More About Niue

togo chasm

We shared a rental car with Marcy & David from Nine of Cups last Thursday for a tour of the “Caves, Caverns & Chasms” of Niue. What amazing sights there are to see here. Because the island is relatively soft limestone, the ocean chews into the cliffs and leaves behind beautiful caves and chasms. There are trails that lead down to the shore from alongside the perimeter road around the island. Some of the trails were 5-10 minute walks, and a few were good hikes through the woods. We spent the entire day making the circuit and visiting all of the sites, which you can see on Rob’s pictures in our photo gallery. Definitely a unique and lovely place to visit. The highlight is a place called Togo (pronounced tongo) Chasm, which is just surreal. You descend down a long ladder to a sandy beach with palm trees that’s at sea level, but is enclosed by towering rock walls. Very strange to hear the ocean roaring just outside the wall you’re standing next to.

Astoundingly clear water in the cavernsFriday morning we finally got in the water with Dive Niue and our pal Neville from Dreamtime for two dives. The first was around the southern end of the island at a site named Gotham City, where there are some sort of batfish we didn’t see. It was a beautiful dive to a dropoff where the wall is covered with healthy and prolific hard corals. The cyclone in 2004 wiped out what little soft corals were here, but the hard corals in some of the bays survived just fine. It was pretty rough getting in with substantial surface chop, but once we descended we found a gorgeous dive site. After that dive we went into another bay further north where the waters were calm and we “swam with dolphins”. We weren’t really swimming, we were hanging on to the side of the dive tender with our faces in the water as she drove slowly behind a big pod. It sounds hokey but it was kinda fun actually. I’ve never seen the dolphins from that view before and it was neat to watch. After our surface interval (required time between dives) we went for our second dive at the site called “Snake Gulley”. This is where the poisonous sea snakes hang out. Don’t know why we had to dive with poisonous things, but apparently they only get aggressive and bite during their mating season, which doesn’t happen to be this week. There were some underwater caverns and caves that we swam through and into, which was also fun and interesting.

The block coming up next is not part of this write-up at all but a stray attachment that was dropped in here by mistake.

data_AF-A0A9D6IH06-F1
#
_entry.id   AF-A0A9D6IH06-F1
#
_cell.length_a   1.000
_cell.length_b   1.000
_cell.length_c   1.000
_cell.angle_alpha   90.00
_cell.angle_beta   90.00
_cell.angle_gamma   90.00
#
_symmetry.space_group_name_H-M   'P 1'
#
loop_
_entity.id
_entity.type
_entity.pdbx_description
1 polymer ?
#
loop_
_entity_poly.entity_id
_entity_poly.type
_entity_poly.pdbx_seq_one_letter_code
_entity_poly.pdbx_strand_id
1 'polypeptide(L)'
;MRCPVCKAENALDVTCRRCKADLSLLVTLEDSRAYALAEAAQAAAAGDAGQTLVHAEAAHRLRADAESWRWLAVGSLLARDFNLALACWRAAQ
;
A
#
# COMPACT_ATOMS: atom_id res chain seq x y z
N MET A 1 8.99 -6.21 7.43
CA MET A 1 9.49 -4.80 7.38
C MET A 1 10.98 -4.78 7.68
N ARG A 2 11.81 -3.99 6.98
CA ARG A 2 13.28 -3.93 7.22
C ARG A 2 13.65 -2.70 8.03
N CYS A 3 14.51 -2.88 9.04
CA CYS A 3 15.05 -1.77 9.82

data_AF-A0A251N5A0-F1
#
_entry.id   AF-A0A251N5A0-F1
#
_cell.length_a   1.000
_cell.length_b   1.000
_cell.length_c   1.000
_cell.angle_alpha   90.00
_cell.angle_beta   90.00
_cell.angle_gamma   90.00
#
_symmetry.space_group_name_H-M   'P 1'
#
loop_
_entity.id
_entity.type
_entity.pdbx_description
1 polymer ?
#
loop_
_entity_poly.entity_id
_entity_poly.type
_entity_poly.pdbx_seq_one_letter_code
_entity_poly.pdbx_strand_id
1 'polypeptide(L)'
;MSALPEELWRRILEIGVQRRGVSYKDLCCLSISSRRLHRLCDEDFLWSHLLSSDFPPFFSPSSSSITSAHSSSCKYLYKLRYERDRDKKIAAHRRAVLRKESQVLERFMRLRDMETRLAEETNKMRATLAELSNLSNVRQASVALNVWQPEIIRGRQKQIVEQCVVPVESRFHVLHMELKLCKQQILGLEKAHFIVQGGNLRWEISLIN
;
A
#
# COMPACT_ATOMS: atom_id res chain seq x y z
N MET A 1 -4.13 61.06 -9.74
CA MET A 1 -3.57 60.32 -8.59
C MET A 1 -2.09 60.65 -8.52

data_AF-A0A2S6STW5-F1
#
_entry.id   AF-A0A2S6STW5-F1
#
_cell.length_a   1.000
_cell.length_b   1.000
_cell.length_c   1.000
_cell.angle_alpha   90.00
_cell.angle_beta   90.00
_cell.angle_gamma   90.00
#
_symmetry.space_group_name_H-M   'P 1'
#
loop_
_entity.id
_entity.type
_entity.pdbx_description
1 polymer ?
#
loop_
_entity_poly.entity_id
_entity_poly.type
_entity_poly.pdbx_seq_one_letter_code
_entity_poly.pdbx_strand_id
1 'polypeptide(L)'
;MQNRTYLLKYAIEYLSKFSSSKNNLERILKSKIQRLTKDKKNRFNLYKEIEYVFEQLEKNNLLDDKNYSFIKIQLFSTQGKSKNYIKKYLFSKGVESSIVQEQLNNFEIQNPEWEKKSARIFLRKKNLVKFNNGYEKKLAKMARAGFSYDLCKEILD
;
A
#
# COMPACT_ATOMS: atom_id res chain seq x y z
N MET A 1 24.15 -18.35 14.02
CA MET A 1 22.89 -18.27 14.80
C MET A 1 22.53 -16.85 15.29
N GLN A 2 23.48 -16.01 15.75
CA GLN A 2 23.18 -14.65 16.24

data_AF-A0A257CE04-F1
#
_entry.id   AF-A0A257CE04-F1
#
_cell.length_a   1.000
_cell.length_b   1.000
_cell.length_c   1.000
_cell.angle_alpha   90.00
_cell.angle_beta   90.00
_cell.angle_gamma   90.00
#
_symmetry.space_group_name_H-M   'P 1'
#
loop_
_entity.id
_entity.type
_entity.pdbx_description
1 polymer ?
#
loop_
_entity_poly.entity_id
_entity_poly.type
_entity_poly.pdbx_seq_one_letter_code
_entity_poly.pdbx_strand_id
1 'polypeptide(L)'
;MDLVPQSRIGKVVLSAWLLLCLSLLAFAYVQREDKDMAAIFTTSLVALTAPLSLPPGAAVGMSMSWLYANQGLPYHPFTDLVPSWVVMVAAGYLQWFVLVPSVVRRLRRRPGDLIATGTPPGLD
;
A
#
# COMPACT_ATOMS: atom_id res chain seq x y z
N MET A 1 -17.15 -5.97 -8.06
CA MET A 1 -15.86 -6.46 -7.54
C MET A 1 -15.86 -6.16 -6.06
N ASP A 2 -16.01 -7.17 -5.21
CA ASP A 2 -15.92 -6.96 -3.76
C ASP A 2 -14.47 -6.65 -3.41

We’ve been pondering another dive here in the harbor, but the water temp is too cold to dive without wetsuits. We were going to dive with Dive Niue again yesterday but a substantial southwest swell is running into the bay we would dive in, so all dives were been canceled. Instead, Rob went ashore and get our zarpe. It’s only about 300 miles to Tonga and there are nice light winds forecast for the remainder of this week that we will take advantage of. This stop at Niue has been a highlight of our South Pacific transit and we’re glad we got to spend the time seeing the island and enjoying the hospitality of both the Kiwis and Niueans. Our only disappointment has been that our friends Jeffrey & Nicole from Seattle were supposed to meet us here but it sounds like she’s pretty much chained to her desk at Boeing until the 787 gets in the air, so they had to cancel. Hopefully it’ll work out next time, because this is definitely an island we’d like to visit again.

Today on Yohelah we’re watching the supply ship unload as we prepare to drop our buoy and set sail for the Kingdom of Tonga….

Niue is here